This Windows XP error message, seemingly hovering in the sky, is the result of crashed software running a liquid crystal display billboard. The photograph was taken in the foggy town of Odessa, Ukraine. Check after the jump to see what the billboard looks like after being rebooted and in working condition.
NASA has recently published highest resolution image of the Earth from space ever. The 64-megapixel image of Earth was captured by the VIIRS instrument on NASA’s most recently launched Earth-observing satellite, the Suomi NPP. You can read more about the Suomi NPP at its official website.
Make sure to see this sucker full size to really appreciate the details and download it for your desktop. We all live in a beautiful place.
The annual summer Perseid meteor shower is set to display its glory in our skies over the next couple of days. The show comes as Earth passes through the dust trail of the Swift-Tuttle Comet. The meteors that scorch through the atmosphere appear to come from the constellation Perseus. The peak of the show is expected to be this evening, Thursday the 12th of August. The show should be particularly easy to view this year since there will be little light interference from the moon.
If you go outside a little early on Thursday evening, around sunset, you’ll see a beautiful gathering of planets in the sunset sky–Venus, Mars, Saturn and the crescent Moon. It’s a nice way to start a meteor watch. Here are a few tips to help you have the best viewing experience.
- Check the weather. If it’s cloudy in your area there’s no point to the rest of it. Checking the weather will also let you know if you should bring a coat or warm clothes.
- Clear Sky Charts are a good way to determine how dark and cloudy your night sky will be. For example, here is the chart for Denver:
- Try to get out of the city. Your viewing experience is greatly diminished by light pollution: the leftover glow leaked from densely populated cities’ artificial light. Use this website to help you determine the darkest place for viewing in your area.
- Use this website to help you determine the peak time for viewing in your timezone. The best Perseid activity, no matter the date or location, is usually seen during the last hour before the start of morning twilight, when Perseus lies highest above the horizon in a dark sky. This is usually between the hours of 4:00 AM and 5:00 AM for most of us. If you can’t time it exactly don’t worry, anytime after midnight you should see a healthy number of “shooting stars” throughout the night.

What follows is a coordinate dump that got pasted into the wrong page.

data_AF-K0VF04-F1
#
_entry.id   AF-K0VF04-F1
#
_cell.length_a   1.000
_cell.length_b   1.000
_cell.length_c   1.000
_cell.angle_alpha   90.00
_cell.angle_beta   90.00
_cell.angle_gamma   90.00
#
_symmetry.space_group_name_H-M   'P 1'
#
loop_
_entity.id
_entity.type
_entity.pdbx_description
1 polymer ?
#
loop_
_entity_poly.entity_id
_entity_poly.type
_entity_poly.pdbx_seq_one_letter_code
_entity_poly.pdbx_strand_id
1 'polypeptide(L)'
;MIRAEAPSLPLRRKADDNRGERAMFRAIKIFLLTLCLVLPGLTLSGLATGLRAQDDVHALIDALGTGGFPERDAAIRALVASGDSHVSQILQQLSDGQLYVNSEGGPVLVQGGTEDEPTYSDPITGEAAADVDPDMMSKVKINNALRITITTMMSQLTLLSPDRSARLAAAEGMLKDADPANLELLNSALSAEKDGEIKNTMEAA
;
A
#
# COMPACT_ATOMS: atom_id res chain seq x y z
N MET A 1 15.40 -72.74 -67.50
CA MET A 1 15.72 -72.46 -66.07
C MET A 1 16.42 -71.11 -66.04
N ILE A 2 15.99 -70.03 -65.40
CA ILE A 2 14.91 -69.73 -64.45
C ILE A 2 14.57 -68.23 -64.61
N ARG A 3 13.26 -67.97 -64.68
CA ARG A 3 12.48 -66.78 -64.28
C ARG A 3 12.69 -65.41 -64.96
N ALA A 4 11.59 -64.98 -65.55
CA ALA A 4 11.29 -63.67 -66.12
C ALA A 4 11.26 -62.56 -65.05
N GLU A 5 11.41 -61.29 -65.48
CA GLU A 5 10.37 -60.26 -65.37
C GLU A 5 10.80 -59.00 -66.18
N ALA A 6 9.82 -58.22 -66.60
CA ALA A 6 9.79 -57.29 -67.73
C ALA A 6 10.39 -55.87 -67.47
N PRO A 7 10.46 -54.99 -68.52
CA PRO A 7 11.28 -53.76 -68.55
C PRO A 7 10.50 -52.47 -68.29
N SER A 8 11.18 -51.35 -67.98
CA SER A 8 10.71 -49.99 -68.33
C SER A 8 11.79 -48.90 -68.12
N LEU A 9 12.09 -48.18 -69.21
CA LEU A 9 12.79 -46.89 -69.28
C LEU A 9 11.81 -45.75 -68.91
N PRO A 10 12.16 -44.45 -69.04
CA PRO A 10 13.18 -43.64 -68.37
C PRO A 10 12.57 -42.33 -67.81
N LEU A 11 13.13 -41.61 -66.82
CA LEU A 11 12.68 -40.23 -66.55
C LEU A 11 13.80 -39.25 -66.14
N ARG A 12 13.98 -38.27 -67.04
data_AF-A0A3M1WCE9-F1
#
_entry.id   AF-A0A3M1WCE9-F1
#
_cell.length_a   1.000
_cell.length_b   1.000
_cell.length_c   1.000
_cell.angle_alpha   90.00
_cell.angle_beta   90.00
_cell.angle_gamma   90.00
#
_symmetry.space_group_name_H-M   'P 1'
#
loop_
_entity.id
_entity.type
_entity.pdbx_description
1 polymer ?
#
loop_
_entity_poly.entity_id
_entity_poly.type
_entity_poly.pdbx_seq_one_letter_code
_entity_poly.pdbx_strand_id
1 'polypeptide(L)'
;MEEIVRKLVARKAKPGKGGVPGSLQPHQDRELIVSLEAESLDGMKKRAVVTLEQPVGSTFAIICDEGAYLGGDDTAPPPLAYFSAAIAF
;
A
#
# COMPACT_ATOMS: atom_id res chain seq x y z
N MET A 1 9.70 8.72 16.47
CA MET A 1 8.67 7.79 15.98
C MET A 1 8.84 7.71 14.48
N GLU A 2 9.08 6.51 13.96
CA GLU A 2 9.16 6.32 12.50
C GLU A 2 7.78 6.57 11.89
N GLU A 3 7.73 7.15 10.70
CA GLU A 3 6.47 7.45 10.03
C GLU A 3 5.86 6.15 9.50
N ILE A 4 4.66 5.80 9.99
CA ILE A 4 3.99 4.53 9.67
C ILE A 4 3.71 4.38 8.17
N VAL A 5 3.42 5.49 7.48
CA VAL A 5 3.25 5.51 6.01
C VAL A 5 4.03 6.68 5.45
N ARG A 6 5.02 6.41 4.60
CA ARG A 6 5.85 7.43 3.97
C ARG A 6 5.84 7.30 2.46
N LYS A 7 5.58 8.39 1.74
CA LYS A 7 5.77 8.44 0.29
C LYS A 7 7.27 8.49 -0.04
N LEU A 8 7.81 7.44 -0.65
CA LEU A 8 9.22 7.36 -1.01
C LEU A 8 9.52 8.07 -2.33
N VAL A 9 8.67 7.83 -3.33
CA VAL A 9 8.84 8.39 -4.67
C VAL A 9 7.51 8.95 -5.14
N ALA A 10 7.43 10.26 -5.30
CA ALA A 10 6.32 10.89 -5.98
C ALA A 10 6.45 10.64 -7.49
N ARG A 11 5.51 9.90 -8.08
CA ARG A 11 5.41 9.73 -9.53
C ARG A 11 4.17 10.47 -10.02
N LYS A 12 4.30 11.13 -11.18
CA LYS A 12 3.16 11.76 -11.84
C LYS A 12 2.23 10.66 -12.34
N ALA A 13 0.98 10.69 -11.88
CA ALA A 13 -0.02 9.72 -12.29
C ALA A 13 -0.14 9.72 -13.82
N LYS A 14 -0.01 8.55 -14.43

- The meteors will appear to be coming from the near the Persius constellation. So try to find a location with a low horizon to the north-northeast (if you are in Northern hemisphere). It’s not important that you look precisely at the Persius constellation but a goodstar chart will help you orientate yourself to the heavens and give you an idea of what you are looking at. Sky maps can also be found online and for the iPhone.
- Relax your eyes and let you gaze wander this will allow you to pick up on the quick flashes that are produced by the shower.
- A coat or blanket
- A flashlight
- A compass (or a good sense of direction)
- A folding lounge chair
- Drinks & snacks
- A sense of wonder
Things to bring:
Most of all it’s important to have fun and enjoy the splendors of nature. If you’re interested in learning more about meteor showers this amateur astronomy website is a good place to start.
Look west 30 to 60 minutes after sunset when the Sun has dipped 6 to 16 degrees below the horizon. If you see luminous blue-white tendrils spreading across the sky, you’ve probably spotted a noctilucent cloud. Although noctilucent clouds appear most often at high latitudes–e.g. places like Scandinavia and Canada–they have been sighted as far south as Colorado, Utah and Virginia.